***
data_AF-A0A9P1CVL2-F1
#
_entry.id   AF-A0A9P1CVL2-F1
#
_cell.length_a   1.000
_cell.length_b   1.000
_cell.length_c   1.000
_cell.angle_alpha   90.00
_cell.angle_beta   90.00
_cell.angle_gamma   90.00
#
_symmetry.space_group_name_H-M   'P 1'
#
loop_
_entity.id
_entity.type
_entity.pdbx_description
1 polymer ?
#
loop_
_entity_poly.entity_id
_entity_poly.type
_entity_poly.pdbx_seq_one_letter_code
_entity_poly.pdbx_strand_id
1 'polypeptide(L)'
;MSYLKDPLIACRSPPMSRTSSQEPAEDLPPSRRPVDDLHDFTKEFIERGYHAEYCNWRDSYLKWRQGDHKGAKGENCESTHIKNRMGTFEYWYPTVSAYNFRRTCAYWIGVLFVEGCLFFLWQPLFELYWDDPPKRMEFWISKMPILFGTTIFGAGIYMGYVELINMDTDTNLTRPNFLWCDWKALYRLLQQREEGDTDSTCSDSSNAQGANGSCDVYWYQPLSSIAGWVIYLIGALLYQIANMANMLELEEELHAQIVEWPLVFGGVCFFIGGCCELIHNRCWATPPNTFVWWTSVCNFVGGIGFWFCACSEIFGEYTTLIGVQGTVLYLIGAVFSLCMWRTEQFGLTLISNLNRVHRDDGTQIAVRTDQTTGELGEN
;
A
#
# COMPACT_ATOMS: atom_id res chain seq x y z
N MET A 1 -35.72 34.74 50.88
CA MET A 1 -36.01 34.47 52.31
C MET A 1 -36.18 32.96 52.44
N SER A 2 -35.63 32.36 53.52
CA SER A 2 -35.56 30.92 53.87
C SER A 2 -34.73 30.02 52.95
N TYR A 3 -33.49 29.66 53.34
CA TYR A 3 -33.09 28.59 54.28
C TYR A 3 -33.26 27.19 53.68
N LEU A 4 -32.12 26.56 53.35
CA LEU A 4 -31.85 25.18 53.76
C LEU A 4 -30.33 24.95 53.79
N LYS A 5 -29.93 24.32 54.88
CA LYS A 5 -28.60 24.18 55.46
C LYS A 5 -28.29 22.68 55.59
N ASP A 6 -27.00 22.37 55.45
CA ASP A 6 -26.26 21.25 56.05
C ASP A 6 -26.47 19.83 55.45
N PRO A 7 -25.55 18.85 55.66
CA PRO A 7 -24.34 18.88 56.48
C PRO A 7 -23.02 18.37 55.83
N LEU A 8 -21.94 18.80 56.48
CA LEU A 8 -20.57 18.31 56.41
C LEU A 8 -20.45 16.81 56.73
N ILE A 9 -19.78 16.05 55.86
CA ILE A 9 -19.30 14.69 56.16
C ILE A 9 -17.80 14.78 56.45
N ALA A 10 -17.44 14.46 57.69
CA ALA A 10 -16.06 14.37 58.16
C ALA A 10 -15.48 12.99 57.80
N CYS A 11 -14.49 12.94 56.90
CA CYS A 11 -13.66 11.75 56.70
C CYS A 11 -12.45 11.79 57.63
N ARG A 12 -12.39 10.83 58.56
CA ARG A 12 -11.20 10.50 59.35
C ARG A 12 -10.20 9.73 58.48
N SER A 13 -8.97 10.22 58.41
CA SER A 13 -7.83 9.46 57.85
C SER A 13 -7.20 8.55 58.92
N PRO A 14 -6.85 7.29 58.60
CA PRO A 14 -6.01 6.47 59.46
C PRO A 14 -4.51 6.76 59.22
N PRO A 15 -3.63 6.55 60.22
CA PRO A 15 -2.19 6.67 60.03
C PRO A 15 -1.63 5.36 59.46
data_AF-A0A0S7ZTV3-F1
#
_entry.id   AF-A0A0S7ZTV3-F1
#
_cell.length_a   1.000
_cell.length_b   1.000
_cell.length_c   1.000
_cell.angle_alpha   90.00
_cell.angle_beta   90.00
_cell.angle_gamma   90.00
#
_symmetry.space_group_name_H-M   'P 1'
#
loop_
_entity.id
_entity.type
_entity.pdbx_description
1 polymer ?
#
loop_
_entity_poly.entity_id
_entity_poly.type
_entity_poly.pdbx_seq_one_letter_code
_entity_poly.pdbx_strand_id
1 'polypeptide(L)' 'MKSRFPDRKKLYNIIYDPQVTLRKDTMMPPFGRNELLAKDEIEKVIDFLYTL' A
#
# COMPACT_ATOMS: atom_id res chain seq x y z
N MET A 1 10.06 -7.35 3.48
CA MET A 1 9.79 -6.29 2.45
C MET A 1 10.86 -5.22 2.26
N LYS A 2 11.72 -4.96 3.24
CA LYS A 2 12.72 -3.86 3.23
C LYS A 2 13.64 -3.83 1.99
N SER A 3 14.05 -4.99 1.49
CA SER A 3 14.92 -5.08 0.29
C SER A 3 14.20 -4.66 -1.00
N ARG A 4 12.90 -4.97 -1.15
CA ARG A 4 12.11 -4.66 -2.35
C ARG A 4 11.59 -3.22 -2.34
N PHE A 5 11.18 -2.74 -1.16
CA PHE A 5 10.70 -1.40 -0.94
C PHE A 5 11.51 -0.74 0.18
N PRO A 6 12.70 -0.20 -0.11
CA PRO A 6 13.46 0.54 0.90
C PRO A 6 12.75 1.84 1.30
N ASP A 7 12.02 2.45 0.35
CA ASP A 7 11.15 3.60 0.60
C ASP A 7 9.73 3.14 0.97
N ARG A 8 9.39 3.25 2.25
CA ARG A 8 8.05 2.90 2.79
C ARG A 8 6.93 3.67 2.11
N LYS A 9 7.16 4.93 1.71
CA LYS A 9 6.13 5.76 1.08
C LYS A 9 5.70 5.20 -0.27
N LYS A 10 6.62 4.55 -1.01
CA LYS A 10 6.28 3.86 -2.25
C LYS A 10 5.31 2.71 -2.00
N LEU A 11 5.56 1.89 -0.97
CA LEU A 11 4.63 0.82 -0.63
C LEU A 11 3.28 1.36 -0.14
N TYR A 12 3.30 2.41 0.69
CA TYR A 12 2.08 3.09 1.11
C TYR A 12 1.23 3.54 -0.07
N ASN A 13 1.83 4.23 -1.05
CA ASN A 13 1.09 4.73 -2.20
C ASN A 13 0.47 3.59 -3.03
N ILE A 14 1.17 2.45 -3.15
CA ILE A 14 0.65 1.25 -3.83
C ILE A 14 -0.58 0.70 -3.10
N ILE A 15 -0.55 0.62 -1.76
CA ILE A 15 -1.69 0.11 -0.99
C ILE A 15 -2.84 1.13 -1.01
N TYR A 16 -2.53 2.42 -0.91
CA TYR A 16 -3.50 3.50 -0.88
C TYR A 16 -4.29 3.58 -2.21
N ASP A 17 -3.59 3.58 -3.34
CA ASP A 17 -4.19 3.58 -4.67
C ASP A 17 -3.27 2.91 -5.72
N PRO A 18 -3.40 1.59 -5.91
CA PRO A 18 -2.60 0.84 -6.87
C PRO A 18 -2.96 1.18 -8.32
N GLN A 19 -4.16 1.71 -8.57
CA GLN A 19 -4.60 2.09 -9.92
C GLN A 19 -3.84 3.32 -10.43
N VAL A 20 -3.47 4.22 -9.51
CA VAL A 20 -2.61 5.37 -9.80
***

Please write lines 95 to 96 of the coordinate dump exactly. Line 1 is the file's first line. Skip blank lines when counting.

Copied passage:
loop_
_entity_poly.entity_id